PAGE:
You’re never too young to make an impact – just ask Alexander McLean, who was 18 when he founded the African Prisons Project in 2004. The project claims to have reached 25,000 prison inmates and staff so far.
McLean is one of today’s most influential development leaders under 40 in London. He and his peers have inspired change that transcends borders.
Devex is recognizing 40 of these young London-based trailblazers in international development. They are social entrepreneurs, government leaders, development consultants, business innovators, advocates, development researchers, nonprofit executives, philanthropists and investors.
We asked McLean about his leadership and vision for development cooperation in the years to come. Here’s what he said:
Who did you turn to for help after deciding, at the age of 18, that you wanted to improve the lives of African prisoners?
Firstly, I turned to my family and friends – they were an enormous support to me in the establishment of APP and still remain a great support as APP expands. I also turned to the Church for support, both personal support and for support with fundraising and awareness -raising for APP. I also turned to Lord Ramsbotham, Mrs. Justice Dobbs QC, the late Lord Boston, Jon Snow and Cardinal Wamala to put the spotlight on APP, all of who have now become patrons of APP.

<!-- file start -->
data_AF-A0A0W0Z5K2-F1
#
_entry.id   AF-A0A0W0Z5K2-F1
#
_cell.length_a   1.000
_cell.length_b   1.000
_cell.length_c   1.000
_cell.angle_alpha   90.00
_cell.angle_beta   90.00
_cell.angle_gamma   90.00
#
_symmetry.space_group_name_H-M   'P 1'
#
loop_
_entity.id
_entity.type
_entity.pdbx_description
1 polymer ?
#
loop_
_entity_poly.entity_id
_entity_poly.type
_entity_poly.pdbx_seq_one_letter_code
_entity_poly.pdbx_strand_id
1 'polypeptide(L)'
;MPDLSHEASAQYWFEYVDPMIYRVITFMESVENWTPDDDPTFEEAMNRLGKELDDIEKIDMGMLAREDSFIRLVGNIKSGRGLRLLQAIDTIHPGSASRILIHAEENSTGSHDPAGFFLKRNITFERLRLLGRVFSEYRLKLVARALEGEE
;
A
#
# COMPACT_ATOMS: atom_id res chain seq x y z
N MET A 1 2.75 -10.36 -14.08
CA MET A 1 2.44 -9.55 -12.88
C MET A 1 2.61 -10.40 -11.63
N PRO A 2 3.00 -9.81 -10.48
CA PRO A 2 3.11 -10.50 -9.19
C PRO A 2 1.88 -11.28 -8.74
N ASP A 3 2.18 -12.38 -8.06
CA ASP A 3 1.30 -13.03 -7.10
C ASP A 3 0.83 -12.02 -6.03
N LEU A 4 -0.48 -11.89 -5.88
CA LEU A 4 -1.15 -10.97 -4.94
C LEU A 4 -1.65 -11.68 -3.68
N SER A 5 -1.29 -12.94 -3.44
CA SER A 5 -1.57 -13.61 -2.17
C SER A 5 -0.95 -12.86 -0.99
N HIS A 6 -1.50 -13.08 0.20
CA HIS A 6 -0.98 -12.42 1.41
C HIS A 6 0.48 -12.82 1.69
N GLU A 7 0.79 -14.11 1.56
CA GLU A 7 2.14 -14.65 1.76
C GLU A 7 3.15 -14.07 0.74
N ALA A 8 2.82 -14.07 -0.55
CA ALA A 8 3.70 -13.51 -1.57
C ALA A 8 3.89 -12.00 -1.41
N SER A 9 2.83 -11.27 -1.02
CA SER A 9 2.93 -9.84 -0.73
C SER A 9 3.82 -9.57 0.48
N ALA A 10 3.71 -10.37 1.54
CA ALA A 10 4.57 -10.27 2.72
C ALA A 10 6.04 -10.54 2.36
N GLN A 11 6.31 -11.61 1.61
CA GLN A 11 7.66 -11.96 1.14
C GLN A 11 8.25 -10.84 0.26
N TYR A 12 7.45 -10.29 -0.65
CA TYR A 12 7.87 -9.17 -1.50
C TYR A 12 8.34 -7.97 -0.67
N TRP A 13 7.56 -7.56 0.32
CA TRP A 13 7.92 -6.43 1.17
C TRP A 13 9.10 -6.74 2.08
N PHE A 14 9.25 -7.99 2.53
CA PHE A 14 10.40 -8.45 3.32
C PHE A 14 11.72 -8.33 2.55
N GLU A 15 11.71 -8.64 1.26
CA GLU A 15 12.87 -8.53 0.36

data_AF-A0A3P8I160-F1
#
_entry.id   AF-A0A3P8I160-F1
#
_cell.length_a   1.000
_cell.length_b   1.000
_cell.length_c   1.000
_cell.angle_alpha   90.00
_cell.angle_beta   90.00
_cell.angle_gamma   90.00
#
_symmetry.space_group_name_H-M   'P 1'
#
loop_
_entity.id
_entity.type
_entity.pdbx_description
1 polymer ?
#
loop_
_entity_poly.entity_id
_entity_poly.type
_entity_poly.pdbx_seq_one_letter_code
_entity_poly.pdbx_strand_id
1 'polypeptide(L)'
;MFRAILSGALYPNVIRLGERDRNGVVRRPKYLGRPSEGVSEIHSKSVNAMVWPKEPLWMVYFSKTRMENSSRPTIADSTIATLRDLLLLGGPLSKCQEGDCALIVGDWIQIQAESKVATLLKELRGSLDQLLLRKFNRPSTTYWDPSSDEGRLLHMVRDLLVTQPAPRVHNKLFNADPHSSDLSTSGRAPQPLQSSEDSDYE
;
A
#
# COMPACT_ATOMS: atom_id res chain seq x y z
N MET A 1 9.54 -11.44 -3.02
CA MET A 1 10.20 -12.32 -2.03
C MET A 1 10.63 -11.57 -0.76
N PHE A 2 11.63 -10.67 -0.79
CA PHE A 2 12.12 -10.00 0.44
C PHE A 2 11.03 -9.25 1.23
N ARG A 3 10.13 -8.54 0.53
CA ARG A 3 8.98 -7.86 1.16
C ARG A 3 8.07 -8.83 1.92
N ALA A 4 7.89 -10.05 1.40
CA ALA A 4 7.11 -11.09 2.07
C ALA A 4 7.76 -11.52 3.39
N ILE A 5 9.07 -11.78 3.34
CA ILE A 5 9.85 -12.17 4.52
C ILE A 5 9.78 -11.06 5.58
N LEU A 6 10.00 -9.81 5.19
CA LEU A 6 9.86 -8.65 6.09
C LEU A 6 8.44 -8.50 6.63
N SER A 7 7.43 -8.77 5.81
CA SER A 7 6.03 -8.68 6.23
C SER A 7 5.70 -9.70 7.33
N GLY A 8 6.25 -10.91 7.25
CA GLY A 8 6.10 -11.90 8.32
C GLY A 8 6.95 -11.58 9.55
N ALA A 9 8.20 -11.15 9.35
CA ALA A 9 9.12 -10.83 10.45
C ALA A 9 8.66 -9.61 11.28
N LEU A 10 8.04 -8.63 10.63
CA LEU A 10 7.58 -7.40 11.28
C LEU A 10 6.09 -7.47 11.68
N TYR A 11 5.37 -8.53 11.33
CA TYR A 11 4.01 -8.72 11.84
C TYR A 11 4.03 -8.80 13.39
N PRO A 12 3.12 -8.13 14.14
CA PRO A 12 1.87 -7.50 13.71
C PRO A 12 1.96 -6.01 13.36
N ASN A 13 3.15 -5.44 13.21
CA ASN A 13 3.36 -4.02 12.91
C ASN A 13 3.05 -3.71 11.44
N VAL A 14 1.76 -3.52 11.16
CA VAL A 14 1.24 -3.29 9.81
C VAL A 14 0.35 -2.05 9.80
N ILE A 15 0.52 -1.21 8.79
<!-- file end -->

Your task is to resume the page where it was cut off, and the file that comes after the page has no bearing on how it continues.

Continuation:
How has your leadership style evolved since you founded the African Prisons Project?
My leadership style has evolved very much since I founded APP in 2004 (we became registered in 2007) and is greatly inspired by ideas and theories relating to servant leadership. I have become more strategic in my leadership style – this has meant becoming much more focused and relational. Both my confidence and my courage have grown. Most importantly, I have learnt that it is legitimate to make mistakes sometimes, and that there is something to be learnt from every mistake we make.
What global development causes do you see yourself contributing to in the next 10 years?
APP will be contributing directly towards access to justice for those in prison, healthcare, education and community reintegration. In turn APP will be contributing towards the Millennium Development Goals.
Eliza Villarino currently manages one of today’s leading publications on humanitarian aid, global health and international development, the weekly GDB. At Devex, she has helped grow a global newsroom, with talented journalists from major development hubs such as Washington, D.C, London and Brussels. She regularly writes about innovations in global development.
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